• Smarter drugs, super-light cars and computers operated by thought among 10 breakthroughs highlighted
• The World Economic Forum’s Global Agenda Council on Emerging Technologies is composed of top experts on new technologies around the world, representing both the academic and business world
Geneva, Switzerland, 26 February 2014 – From super-light cars to smarter drugs, the World Economic Forum’s Global Agenda Council on Emerging Technologies has identified the top 10 emerging technologies of 2014 that could reshape the society of the future.
Comprised of leading thinkers from academia and industry, the Council selected the innovations with input both from experts within the Network and after discussions with industry leaders gathered at the World Economic Forum’s Annual Meeting 2014 in Davos-Klosters. Each innovation was selected for its potential to have a real and positive impact on the world.
The list includes a new technique for extracting metals along with drinking water from the sea, new ways of treating cancer using microbes found naturally in the human body and computer interfaces operated by the power of thought.
“These breakthroughs show the boundless potential for technology to have a positive impact on society, from finding cleaner energy to new cures for disease. For these gains to be realized, we need the right regulatory frameworks, strategic alliances among innovators and market leaders, investment capital, as well as greater public awareness,”
said Noubar Afeyan, Chair of the Global Agenda Council on Emerging Technologies and Chief Executive Officer of Flagship Ventures.
“2014 will be a crucial year for these technologies,” said Martina Larkin, Senior Director and Head of the Network of Global Agenda Councils, World Economic Forum. “Close cooperation between governments, industry and academia is essential to harness their potential”.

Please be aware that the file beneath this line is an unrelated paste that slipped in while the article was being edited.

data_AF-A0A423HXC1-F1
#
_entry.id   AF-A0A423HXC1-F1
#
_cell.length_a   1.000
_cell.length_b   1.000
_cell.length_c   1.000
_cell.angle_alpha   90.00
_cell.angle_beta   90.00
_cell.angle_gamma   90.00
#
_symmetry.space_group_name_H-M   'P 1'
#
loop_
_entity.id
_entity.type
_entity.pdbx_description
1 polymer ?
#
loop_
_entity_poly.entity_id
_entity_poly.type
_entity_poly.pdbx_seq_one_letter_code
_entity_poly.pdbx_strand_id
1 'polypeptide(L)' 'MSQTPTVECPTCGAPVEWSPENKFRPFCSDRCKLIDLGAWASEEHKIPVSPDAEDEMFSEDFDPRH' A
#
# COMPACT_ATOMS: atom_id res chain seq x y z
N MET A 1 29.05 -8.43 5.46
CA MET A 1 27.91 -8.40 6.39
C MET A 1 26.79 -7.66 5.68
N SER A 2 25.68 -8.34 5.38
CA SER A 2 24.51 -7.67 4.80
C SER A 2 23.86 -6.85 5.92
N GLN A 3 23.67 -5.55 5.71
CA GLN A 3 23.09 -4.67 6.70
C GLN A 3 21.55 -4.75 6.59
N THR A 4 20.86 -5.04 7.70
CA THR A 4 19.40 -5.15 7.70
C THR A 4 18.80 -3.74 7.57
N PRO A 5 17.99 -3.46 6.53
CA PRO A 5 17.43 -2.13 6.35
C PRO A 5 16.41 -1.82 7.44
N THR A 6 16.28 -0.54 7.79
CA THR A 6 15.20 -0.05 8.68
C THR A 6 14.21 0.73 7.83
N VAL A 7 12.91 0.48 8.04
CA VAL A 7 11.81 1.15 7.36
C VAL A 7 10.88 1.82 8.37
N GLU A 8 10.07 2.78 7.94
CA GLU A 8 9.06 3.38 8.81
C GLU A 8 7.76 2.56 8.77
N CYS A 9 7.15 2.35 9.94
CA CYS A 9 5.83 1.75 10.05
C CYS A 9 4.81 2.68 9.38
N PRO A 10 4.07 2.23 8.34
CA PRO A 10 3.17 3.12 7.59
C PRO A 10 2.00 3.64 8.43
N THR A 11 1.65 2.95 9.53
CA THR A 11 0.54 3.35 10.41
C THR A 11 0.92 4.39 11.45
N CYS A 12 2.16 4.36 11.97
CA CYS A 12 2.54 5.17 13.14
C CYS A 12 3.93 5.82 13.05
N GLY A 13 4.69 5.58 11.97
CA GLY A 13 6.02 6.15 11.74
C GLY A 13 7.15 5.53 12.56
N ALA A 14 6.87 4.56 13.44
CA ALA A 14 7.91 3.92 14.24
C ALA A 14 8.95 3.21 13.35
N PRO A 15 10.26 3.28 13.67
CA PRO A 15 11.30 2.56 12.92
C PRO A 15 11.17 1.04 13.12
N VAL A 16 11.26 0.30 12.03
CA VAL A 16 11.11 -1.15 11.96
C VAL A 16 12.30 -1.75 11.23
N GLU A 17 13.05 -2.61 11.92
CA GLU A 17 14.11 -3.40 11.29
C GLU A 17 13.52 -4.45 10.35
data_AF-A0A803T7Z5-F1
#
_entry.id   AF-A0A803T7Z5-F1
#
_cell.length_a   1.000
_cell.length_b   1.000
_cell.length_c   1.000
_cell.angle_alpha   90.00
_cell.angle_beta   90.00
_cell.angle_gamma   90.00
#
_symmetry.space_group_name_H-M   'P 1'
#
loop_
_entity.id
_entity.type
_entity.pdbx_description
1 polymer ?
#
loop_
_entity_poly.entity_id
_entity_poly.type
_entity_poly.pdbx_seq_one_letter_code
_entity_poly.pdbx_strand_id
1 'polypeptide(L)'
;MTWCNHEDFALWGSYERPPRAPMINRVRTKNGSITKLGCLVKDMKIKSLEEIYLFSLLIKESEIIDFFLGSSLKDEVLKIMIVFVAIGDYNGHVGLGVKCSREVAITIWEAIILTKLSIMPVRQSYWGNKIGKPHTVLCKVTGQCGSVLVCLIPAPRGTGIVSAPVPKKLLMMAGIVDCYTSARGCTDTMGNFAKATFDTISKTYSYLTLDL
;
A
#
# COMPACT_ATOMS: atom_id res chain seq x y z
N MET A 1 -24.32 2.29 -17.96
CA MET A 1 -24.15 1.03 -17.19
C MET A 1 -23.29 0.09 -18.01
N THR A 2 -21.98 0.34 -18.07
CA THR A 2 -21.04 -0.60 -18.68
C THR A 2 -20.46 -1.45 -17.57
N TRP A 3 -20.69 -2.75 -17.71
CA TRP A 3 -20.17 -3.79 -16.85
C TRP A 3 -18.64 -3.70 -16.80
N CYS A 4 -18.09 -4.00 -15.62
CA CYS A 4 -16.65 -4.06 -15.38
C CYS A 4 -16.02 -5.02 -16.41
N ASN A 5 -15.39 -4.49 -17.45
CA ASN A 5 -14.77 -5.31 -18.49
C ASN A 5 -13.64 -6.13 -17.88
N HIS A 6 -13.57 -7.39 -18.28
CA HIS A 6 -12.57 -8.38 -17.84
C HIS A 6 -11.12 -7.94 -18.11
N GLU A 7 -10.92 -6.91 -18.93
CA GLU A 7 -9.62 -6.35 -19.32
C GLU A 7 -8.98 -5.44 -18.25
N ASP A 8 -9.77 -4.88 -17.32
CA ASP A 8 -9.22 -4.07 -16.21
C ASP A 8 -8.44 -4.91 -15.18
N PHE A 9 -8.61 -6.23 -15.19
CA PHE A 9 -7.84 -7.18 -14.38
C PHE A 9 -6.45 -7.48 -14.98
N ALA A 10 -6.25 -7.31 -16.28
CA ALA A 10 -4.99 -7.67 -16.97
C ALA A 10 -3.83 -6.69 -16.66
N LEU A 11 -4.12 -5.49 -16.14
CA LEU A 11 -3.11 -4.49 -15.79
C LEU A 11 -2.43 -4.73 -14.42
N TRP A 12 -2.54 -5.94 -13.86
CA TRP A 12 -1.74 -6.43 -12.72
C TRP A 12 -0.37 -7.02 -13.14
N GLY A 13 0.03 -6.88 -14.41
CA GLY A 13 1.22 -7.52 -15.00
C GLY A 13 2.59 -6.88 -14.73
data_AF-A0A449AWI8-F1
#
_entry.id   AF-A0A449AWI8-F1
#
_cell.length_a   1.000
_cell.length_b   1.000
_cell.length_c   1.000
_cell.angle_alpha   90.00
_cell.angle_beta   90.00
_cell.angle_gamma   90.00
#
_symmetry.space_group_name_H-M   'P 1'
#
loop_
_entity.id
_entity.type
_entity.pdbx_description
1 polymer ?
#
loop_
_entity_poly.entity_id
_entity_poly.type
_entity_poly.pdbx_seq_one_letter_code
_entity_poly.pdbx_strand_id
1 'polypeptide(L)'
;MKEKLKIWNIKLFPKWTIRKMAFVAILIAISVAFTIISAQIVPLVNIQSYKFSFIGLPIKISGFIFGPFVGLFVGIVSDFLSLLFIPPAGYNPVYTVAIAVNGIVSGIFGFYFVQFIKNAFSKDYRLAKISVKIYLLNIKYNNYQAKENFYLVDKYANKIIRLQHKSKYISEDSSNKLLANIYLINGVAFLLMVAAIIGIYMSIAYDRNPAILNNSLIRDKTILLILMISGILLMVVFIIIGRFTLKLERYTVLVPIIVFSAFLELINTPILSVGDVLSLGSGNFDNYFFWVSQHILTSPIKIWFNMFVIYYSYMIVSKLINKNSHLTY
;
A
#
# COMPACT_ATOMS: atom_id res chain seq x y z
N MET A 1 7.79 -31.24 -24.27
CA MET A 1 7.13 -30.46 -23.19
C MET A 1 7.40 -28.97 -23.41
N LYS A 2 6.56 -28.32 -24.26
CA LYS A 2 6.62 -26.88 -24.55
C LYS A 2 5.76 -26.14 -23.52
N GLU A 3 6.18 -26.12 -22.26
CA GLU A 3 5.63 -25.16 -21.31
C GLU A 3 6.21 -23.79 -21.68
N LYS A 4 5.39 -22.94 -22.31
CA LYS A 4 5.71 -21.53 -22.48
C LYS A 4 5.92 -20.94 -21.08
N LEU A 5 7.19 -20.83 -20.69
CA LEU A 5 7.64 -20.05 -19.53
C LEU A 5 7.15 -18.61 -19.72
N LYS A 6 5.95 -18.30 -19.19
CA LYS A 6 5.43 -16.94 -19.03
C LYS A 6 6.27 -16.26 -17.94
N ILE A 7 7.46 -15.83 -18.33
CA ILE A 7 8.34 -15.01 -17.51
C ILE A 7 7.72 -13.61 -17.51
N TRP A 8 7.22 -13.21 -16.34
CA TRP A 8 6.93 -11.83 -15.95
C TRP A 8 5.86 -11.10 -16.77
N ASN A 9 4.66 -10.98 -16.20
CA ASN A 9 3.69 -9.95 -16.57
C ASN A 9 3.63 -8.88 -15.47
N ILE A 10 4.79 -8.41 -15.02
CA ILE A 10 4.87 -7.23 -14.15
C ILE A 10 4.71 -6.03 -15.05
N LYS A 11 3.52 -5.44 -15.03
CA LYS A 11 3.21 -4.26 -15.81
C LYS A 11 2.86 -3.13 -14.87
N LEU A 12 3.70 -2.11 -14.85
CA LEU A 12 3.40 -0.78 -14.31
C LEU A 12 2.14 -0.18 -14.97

The ten emerging technologies are:
Brain-computer interfaces: It is already possible to type just by monitoring the electrical activity of your brain, but as the technology advances, it could be possible for people with disabilities to operate wheelchairs using only their thoughts.
Mining metals from desalination brine: Large-scale desalination is becoming economically feasible for the first time because of new chemical processes that enable the mining of metals from waste water, or brine.
Nanostructured carbon composites: Cars made from carbon-fibre reinforced composites are as much as 40% lighter than older models, stronger, and more easy to recycle, offering the prospect for huge energy savings.
Grid-scale electricity storage: A fundamental breakthrough is close that would allow the saving of surplus energy from fluctuating renewable sources such as sun and wind within the electricity grid.
Body-adapted wearable electronics: Whether worn on the body, embedded in clothes or even under the skin, these devices can track information, such as heart rate and stress levels, giving people real-time feedback about their health.
Nanowire lithium-ion batteries: New batteries based on silicon – using tiny silicon nanowires – could have a longer life, charge more quickly and hold up to three times the power of existing batteries.
Screenless display: A 3D image projected into space – a “screenless display” – can convey information that a 2D image presented on a screen cannot, and is close to becoming a practical reality.
Human microbiome therapeutics: Drawing on knowledge gained from the Human Microbiome Project in 2012 and other research, human microbiome technology is increasingly seen as an important source of treatment for serious diseases as well as for improving health.
RNA-based therapeutics: RNA, like DNA, plays a part in protein synthesis and, to a lesser extent, the transmission of genetic information. Scientific advances are combining to enable a new generation of targeted, RNA-based drugs that could help find new treatments for cancer and infectious diseases.
Quantified self (predictive analytics): Using data and specialized machine-learning algorithms, we can now build detailed and predictive models about people and their behaviours, which can help in areas such as urban planning and medical diagnosis.
The Network of Global Agenda Councils is a unique, global community of over 1,500 premier thought leaders who are the foremost experts in their fields of academia, business, government, international organizations and society. The top emerging technologies and their impact will also be featured in the Global Technology Leadership course of Forum Academy, a non-profit initiative of the World Economic Forum aimed at helping professionals and organizations enhance their strategic knowledge in a fast-changing world.
Read the Top Ten in full: http://wef.ch/et2014